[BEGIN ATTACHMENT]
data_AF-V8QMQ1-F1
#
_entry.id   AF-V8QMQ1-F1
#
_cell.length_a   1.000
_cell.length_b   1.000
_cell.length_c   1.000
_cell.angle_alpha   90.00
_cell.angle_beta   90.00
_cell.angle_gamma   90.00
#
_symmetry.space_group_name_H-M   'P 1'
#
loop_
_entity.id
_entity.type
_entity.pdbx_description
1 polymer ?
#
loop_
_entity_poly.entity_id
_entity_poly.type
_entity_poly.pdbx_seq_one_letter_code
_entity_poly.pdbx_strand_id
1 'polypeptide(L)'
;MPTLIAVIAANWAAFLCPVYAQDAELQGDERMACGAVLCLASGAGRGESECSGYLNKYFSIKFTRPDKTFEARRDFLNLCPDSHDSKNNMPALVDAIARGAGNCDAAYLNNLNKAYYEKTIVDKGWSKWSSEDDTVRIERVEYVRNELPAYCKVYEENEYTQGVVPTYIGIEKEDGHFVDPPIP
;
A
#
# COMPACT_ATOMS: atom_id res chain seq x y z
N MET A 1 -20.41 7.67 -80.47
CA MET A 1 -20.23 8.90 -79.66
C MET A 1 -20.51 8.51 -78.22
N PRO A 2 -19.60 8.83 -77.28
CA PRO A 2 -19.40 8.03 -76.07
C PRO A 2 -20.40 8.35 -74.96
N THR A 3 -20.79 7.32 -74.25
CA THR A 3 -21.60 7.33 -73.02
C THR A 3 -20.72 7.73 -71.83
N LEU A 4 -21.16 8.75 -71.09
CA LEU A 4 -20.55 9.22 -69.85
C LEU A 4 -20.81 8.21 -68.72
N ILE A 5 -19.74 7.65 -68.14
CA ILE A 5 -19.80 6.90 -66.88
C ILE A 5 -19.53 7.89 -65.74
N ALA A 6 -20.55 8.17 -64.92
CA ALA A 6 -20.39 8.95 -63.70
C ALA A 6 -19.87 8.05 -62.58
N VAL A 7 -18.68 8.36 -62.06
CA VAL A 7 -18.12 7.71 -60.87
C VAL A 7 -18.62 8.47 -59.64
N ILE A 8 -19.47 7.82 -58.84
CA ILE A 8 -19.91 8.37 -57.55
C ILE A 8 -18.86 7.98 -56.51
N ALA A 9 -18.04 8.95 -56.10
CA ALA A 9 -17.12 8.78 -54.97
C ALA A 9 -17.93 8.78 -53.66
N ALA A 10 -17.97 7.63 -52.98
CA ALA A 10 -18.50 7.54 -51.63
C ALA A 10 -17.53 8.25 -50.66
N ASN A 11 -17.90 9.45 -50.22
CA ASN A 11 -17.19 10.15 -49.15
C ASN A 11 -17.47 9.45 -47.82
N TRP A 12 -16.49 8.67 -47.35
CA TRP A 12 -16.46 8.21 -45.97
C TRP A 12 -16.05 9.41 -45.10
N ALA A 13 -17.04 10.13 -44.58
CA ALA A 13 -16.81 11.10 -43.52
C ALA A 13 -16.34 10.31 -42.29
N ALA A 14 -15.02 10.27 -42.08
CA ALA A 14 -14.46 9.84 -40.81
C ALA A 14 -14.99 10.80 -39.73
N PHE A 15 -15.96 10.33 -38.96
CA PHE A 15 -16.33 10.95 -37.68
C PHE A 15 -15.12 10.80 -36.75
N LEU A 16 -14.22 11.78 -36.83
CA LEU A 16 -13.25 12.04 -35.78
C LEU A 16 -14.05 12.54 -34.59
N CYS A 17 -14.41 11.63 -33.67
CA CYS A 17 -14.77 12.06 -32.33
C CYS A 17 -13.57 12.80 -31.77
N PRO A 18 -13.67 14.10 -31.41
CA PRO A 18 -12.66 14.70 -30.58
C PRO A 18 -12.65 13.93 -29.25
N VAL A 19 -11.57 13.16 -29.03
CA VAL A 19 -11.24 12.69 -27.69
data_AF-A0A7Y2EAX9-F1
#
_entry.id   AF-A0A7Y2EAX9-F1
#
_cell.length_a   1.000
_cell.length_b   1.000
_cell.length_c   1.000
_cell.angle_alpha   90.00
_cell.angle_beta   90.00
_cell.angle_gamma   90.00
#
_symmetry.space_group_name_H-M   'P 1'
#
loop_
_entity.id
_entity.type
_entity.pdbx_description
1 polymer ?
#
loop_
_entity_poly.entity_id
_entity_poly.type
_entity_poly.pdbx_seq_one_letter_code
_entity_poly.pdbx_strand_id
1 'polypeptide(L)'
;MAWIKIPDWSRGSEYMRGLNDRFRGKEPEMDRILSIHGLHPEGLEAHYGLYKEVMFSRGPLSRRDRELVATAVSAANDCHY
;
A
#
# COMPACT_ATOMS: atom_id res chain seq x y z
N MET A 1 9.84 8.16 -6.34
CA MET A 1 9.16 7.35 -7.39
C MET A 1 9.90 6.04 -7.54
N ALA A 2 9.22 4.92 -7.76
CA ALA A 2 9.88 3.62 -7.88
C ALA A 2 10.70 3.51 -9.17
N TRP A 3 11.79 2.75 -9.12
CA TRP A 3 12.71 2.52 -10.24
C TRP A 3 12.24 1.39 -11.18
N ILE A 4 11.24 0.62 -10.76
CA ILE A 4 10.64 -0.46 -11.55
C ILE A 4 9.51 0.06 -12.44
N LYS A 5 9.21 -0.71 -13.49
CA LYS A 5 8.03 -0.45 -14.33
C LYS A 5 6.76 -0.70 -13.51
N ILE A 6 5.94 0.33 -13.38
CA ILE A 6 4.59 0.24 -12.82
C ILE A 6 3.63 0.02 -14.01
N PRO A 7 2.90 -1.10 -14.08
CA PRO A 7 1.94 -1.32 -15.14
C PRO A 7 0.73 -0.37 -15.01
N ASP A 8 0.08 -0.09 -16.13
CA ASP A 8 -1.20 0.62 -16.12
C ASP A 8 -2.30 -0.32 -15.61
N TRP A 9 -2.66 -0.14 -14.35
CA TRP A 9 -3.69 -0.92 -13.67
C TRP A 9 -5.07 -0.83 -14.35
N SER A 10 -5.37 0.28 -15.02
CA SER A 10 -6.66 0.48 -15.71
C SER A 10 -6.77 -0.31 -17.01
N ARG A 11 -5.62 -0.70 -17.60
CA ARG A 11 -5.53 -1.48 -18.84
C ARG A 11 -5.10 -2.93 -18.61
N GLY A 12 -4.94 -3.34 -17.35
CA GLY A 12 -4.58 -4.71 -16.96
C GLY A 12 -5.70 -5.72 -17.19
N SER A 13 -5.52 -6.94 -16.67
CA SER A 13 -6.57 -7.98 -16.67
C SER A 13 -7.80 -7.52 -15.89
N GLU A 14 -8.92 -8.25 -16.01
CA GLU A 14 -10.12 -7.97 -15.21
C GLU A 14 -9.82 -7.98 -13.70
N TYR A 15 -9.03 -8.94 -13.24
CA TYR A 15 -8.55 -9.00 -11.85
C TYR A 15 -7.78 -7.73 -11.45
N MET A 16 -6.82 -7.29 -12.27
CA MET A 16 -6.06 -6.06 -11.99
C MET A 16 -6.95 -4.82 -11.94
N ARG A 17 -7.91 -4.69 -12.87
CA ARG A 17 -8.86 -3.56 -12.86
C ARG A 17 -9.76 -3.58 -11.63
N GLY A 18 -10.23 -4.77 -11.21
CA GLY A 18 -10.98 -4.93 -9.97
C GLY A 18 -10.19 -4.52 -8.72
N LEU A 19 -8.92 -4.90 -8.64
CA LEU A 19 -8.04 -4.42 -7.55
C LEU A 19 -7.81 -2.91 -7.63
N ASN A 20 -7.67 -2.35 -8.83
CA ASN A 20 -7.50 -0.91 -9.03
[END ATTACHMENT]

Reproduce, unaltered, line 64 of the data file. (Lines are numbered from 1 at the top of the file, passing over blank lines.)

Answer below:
N TRP A 12 -16.49 8.67 -47.35